Financial services firms in London have been urged to increase the pay and conditions of their cleaners with unions alleging that many receive only just above the minimum wage and get no sick pay.
The Transport & General Workers Union has widened its campaign for better standards for cleaners to the City, complaining that the disparity between pay at the top and at the bottom was intolerable.
Under the slogan ‘Clean Up the City’, it has launched a round of action supported by community groups and the US union the SEIU, which has made a priority of improving janitors’ pay.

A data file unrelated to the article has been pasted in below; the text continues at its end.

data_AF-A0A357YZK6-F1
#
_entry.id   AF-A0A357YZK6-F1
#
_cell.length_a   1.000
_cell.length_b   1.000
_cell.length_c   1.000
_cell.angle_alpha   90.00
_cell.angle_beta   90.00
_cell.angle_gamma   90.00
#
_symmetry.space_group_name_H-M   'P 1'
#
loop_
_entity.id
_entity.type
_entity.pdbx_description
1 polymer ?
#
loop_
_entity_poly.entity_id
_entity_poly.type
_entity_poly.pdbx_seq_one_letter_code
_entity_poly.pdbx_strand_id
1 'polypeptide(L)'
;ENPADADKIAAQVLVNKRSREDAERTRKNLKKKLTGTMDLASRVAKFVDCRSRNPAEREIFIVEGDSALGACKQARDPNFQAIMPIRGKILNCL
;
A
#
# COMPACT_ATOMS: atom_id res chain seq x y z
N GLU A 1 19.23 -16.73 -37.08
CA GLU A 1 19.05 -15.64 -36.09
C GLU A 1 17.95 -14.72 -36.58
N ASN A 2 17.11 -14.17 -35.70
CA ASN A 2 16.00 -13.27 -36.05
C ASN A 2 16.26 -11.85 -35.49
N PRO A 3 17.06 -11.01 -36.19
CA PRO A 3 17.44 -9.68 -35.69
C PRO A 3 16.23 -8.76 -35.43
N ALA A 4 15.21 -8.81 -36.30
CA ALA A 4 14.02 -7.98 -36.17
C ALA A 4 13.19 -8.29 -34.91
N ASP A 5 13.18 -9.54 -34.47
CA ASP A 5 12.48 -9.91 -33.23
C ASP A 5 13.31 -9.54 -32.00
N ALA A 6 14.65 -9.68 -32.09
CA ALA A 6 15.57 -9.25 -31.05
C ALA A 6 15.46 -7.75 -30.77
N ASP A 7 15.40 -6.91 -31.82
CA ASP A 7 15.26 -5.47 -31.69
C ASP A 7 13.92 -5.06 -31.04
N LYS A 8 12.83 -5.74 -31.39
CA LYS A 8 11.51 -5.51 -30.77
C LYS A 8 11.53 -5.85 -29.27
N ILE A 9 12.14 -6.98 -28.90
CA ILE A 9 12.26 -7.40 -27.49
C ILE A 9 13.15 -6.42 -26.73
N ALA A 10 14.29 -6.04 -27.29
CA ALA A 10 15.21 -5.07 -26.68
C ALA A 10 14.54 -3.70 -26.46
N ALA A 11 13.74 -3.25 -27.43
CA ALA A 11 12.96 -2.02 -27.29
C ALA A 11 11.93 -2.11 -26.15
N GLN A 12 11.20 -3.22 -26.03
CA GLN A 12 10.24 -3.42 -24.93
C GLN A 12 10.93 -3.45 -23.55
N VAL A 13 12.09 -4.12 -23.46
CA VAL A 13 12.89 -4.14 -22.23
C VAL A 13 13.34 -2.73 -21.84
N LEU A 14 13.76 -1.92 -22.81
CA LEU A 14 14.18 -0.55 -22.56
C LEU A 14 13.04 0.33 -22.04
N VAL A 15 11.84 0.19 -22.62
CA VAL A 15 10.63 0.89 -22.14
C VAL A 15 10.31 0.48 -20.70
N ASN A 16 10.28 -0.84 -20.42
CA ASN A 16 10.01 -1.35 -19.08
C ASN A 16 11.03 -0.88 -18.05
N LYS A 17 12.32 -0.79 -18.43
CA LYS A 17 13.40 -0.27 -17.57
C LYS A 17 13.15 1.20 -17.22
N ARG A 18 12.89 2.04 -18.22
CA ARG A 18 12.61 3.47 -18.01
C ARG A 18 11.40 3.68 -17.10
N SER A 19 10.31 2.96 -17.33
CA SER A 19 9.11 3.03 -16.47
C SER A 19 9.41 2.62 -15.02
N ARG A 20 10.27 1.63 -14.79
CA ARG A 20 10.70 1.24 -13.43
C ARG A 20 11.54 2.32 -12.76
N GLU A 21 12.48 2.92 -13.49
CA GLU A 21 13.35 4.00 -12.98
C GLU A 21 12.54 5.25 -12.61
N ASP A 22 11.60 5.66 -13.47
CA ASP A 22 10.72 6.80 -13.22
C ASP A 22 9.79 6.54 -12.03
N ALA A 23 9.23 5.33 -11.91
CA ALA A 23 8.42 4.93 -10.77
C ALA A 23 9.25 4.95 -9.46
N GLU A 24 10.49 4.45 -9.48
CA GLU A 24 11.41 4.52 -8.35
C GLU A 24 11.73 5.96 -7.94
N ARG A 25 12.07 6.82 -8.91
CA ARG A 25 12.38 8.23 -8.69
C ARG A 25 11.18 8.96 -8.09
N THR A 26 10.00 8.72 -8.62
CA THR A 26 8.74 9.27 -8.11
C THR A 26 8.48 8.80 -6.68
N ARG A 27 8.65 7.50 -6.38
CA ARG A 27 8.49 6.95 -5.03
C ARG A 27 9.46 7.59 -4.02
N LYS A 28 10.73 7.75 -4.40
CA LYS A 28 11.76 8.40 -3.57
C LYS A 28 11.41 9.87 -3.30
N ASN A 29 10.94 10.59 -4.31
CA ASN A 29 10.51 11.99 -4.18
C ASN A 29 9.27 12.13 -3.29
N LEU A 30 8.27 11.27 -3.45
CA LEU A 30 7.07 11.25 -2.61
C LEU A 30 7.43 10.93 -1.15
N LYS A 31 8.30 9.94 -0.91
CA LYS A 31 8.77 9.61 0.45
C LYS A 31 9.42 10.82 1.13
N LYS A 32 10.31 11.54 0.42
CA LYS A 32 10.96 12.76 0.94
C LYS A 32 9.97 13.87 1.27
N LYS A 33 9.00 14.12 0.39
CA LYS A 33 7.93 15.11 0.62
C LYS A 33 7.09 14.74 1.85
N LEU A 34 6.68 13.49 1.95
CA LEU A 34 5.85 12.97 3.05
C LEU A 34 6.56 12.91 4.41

The T&G has estimated that up to 3,000 cleaners in the City are paid less than the London living wage, get no sick pay or pensions and receive only the legal minimum holidays of 20 days. It says that many are forced to take on two jobs to earn a living wage.
Tony Woodley, T&G general secretary, said: “Some of the people working in these buildings will get more as a Christmas bonus than some cleaners make in their working lives.
“We want justice for people who keep these buildings running, cleaners toiling for a pittance to make these places fit to work in. Just a tiny slice of the profits made in this Square Mile could make a vast difference to cleaners,” he said.